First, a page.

Dr. Paula R. Backscheider
9082 Haley Center
Wits, coquettes, poets, prisoners, people willing to die for their religion and others willing to write on both sides of every political issue for a pocketful of change- A time and a literature that gave us the modern novel, our tax system, literary criticism, the modern prison, mass culture, hymns we still sing, glittering comedies, touching romantic plays and novels, and some of the most scathing satires ever written.
This discussion course studies the greatest literature written in the century often described as most like our own. Their problems were our problems (crime, gender relationships, defining the rights of individuals); they believed that literature matters and helps create the world in which we live. We will sample all of the kinds of literature being written with special attention to the forms we still read. The readings include “trashy” romances, a novel, a few plays, satires of courtship, and poetry about the writing life. Class participation, two short papers (7-12 pages), midterm exam or equivalent, and a final exam are required.
January 8: Introduction.
13: Hogarth, "The Rake's Progress" (28-35), "The Harlot's Progress" (18-23), "The Four Times of Day" (41-45), "Gin Lane" (76), and "Beer Street" (75).
15: Haywood, The City Jilt from Selected Fiction and Drama of Eliza Haywood.
20: Haywood, The Mercenary Lover from Selected Fiction and Drama of Eliza Haywood.
22: Sarah Fyge Egerton, "The Liberty" (pp. 11-12), "On My Leaving London" (pp.13-14), and "The Emulation" (pp. 15-16) in Eighteenth-Century Poetry. Group One Reports.
27: Eliza Haywood, A Wife to be Let. Group Two Reports.
29: Thomas Otway, Venice Preserved.
February 3: Jonathan Swift, "A Description of the Morning" (pp. 74), "A Description of a City Shower" (pp. 74-76), and "Stella's Birthday 1721" (pp. 76-78) from 18th-Century Poetry: An Annotated Anthology.
5: Venice Preserved debate. Groups Three and Four.
12: Lillo, The London Merchant (pp. 287-341) from 18th-Century Plays.
17: Swift, "The Lady's Dressing Room" (pp. 81-85) and Alexander Pope, "The Rape of the Lock" (pp. 113-132) from 18th-Century Poetry: An Annotated Anthology. Group Five.
19: John Gay, Beggar's Opera (pp. 179-237) from 18th-Century Plays and Toni- Lynn O'Shaughnessy, "A Single Capacity in The Beggar's Opera" Eighteenth-Century Studies 21 (1987-88): 212-27 (Blackboard).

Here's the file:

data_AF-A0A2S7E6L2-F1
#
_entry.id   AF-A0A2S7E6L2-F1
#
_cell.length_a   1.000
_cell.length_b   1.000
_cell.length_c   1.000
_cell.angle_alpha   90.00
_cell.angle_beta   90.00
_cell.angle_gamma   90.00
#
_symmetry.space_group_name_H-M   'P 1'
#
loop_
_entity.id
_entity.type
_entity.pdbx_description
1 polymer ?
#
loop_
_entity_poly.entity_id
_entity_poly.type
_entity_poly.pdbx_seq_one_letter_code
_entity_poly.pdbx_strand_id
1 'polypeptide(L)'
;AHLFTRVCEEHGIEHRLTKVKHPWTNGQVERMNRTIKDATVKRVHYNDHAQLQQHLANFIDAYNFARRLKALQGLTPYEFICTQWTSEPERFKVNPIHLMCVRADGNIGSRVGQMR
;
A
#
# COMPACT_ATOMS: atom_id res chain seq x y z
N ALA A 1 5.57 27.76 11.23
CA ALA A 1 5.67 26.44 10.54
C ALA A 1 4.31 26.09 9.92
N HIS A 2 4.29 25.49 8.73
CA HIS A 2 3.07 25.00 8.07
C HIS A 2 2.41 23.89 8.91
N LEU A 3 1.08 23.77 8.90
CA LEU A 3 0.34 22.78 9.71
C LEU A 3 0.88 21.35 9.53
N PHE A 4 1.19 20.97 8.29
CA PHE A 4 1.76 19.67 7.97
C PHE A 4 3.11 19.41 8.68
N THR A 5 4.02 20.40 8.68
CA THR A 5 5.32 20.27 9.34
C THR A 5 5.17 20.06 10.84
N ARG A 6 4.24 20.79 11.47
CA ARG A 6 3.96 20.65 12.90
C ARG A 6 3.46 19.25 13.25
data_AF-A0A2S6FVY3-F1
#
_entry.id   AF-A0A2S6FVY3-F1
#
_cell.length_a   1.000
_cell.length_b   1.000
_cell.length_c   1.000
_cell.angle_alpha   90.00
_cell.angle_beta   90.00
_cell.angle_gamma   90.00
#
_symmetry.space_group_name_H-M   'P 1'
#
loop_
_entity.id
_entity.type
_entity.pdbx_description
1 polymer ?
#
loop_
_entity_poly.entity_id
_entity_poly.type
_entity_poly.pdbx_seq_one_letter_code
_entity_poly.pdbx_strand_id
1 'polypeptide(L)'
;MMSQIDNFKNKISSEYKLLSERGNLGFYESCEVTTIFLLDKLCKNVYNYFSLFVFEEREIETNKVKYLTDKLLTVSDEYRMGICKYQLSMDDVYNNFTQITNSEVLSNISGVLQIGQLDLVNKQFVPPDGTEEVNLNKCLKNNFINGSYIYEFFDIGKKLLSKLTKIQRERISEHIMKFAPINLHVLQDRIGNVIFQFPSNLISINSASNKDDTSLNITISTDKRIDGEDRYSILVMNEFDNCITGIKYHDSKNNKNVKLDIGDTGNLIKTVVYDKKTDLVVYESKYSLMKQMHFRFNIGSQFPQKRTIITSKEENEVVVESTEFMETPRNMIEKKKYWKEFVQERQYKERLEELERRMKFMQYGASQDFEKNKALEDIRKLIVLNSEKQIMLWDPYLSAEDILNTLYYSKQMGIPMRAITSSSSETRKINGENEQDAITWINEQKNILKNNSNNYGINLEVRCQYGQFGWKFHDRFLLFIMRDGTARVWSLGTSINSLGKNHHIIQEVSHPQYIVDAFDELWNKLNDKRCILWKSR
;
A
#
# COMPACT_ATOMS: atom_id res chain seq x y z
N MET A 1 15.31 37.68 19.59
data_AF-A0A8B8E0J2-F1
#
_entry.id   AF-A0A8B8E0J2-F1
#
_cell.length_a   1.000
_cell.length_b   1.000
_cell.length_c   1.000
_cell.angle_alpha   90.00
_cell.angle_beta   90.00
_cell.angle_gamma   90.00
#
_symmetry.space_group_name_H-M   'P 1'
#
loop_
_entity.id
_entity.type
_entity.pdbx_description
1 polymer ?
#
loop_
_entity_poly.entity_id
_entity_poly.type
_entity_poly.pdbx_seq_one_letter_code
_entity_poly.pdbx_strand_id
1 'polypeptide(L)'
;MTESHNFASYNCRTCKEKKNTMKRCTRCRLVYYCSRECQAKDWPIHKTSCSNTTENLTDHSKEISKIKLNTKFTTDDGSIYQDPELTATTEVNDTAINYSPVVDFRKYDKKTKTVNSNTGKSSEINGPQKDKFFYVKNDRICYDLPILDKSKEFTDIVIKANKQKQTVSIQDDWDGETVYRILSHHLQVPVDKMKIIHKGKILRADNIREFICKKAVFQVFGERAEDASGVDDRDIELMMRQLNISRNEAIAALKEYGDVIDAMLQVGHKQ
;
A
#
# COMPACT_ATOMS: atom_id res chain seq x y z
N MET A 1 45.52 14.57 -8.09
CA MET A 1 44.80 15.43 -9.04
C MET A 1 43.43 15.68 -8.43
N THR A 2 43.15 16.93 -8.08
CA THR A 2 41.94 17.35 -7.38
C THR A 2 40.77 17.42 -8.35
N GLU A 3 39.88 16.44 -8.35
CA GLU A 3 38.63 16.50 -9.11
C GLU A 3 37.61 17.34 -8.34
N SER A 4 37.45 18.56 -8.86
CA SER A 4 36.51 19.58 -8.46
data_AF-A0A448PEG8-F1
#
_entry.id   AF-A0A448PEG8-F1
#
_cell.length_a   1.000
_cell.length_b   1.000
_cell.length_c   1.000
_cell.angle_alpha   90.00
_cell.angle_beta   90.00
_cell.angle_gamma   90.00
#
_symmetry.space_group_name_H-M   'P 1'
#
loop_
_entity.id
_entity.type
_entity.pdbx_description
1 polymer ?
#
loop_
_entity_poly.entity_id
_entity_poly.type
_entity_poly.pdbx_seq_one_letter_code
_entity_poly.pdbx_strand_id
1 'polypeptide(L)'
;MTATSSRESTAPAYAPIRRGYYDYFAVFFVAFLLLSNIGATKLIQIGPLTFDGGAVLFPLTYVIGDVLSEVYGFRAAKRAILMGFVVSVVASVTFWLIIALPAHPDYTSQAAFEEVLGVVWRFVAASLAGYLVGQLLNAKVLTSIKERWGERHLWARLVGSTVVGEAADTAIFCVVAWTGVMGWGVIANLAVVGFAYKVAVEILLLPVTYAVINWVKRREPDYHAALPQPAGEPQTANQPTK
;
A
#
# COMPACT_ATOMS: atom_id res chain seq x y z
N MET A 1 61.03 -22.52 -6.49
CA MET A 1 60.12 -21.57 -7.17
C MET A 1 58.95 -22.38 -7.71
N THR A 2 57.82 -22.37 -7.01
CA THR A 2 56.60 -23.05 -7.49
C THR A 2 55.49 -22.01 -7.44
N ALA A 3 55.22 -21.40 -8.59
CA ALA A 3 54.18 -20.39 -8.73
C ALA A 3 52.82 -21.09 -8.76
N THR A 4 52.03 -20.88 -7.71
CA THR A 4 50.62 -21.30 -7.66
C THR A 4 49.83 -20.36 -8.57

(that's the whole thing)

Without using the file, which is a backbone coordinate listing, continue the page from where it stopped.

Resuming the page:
24: Mid-term Exam.
26: Pope, Eloisa to Abelard (pp. 133-141) from 18th-Century Poetry: An Annotated Anthology.
March 3: Beggar's Opera (pp. 179- 237) from 18th-Century Plays. Papers Due.
10: Hogarth, prints 4, 25, and 46 on the stage, 25, 37-41, "Marriage a la Mode" (51-56), "Industry and Idleness" (60-71), and "The Four Stages of Cruelty" (77-80).
12: Hogarth, continued.
24: Finch, A Nocturnal Reverie (pp. 33-35), To the Nightingale (pp. 35); Montagu, A Hymn to the Moon (pp. 192), and Joseph Warton, Ode to Evening (pp. 390) from 18th-Century Poetry: An Annotated Anthology.
26: Reading Day.
31: Pamela debates. Groups One and Two.
April 2: Pamela.
9: Hymns (provided). Group Three.
14: Continued: Groups Four and Five.
16: Gray, "Sonnet on the Death of Richard West" (pp. 349), "Ode on a Distant Prospect of Eton College" (pp. 350-352), "Ode on the Death of a Favourite Cat" (pp. 352-354), and "Elegy in a Country Churchyard" (pp. 354-358) from 18th-Century Poetry: An Annotated Anthology. Papers due.
21: Professor Felicity Nussbaum's talk, "Celebrity Actresses."
23: Montagu, "An Epistle to Lord Bathurst" (pp. 186-188) and Pope, "An Epistle to a Lady" (pp. 147-155) from 18th-Century Poetry: An Annotated Anthology.
28: Continued. Barber, "To a Lady, who commanded me to send her an Account in Verse, how I succeeded in my Subscription," Blackboard.
Exam: 6 May: 4-6:30.